Jackson and Olding's alleged victim and her friend searched for rape crisis centre, jury hears
WARNING: These reports contain details which some readers might find upsetting
A close friend of a woman who claims she was raped by two rugby players has told a court how the pair searched Belfast for the rape crisis centre in the hours after the alleged attack - only to discover it had closed down.
The woman, who had been with the complainant on the night in question, said the discovery left her "completely disheartened". Belfast Crown Court also heard a series of messages between the friends on the morning of June 28, 2016, in which the alleged victim - aged 19 at the time - said she had been raped, adding: "They are scum. It's that schoolboy rugby attitude times a million."
- Witness told her friend: I’m so sorry, I’ll never leave you again
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Ulster and Ireland rugby players Paddy Jackson (26) and Stuart Olding (24) deny raping the woman. Jackson denies a further charge of sexual assault.
Blane McIlroy (26) is charged with one count of exposure. Rory Harrison (25) is charged with perverting the course of justice and withholding information.
Both deny the charges against them.
The woman at the centre of the trial arrived home at around 5.15am after sharing a taxi with Harrison, the court heard.
At 9.51am she texted her friend to say: "Worst night ever, so I got raped."
When asked by prosecution barrister Toby Hedworth QC about her response to her friend's allegations, the witness told the court she was "in shock".
"I said I was so sorry," she said. "I told her I shouldn't have left her. I said I'd never leave her again."
The court also heard how the complainant texted her friend claiming she had sustained injuries and that she had been "nipping and scraping Paddy's arm" during the alleged assault.
As the messages continued, the friend asked the complainant: "How did you make it out?"
She replied saying a fourth man got her a taxi, adding: "I was bawling the whole way home."
Yesterday, the witness read out a message in which she told her friend of seven years: "If there's bruising and tearing you've got to go to the police." The woman told the jury how the complainant had been reluctant to take on "Ulster Rugby", and that she was concerned the men would say she had consented to sex.
In another message, the complainant said: "I'd report it if I knew they'd get done but they won't," adding it would be "embarrassing" and lead to "unnecessary stress for me".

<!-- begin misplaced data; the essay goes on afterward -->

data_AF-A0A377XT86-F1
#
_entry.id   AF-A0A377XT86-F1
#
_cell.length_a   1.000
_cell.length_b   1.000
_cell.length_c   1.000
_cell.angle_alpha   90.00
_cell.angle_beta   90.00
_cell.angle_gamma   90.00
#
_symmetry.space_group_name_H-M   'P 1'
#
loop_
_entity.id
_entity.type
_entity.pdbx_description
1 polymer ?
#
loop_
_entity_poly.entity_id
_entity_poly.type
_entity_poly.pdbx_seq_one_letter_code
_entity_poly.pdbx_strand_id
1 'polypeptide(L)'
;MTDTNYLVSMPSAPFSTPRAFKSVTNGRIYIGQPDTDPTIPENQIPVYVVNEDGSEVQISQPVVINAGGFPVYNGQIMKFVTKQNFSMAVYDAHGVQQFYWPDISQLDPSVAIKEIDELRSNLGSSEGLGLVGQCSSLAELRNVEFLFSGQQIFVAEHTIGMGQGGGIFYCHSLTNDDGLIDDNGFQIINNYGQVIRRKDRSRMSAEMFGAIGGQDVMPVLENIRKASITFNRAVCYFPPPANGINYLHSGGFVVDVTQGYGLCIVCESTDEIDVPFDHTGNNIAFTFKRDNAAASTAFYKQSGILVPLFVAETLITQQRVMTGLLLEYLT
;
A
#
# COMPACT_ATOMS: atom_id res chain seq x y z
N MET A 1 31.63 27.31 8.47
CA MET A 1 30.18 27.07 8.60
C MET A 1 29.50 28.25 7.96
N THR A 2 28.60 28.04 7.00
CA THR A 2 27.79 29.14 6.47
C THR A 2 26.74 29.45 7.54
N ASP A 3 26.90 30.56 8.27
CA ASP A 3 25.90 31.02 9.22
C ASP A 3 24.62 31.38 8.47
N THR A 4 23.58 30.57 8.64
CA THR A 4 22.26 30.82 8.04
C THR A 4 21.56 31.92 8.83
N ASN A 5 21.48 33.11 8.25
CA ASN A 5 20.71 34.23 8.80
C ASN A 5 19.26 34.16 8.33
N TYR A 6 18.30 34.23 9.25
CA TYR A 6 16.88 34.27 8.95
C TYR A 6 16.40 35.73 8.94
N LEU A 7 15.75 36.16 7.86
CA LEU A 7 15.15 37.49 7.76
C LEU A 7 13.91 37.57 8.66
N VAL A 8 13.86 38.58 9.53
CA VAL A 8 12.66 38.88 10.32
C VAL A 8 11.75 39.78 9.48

The witness said she told her friend that while the men were "known to some people, they're not the be-all and end-all of the earth, a lot of people won't know who they are."
She also told the court how she had advised the complainant to get a "full screening" and "counselling" even if she didn't want "anything official".
"This doesn't define you and your life from now on," she told her.
The court heard how the witness told her friend the situation was "beyond serious", adding: "you can't just deal with this on your own".
The woman said she "really wanted" her friend to go to rape crisis and "arrived at her house to try and get her out".
Together they went to Donegall Street in Belfast city centre, the court heard, where they believed the centre was.
The witness said: "We couldn't find it so I went to the Brook (a sexual health facility) and buzzed to ask where rape crisis was, and was told it had closed down... I was completely disheartened, but the person on the other end of the buzzer said to come up. They were really good and took over from there."
From the witness box, the friend said she and the woman in question had been partying in the VIP area of Ollie's nightclub late on June 27, 2016, and into the early hours of the next day, and that the complainant texted her later to say she was at an after-party in Jackson's south Belfast home.
When asked about her friend's level of intoxication before leaving the nightclub, the witness said they had both been drinking, but the woman was "of sound mind ... she could look after herself".
Judge Patricia Smyth has repeatedly asked the jury of nine men and three women to wait until all the evidence has been heard before coming to final conclusions.
The trial continues.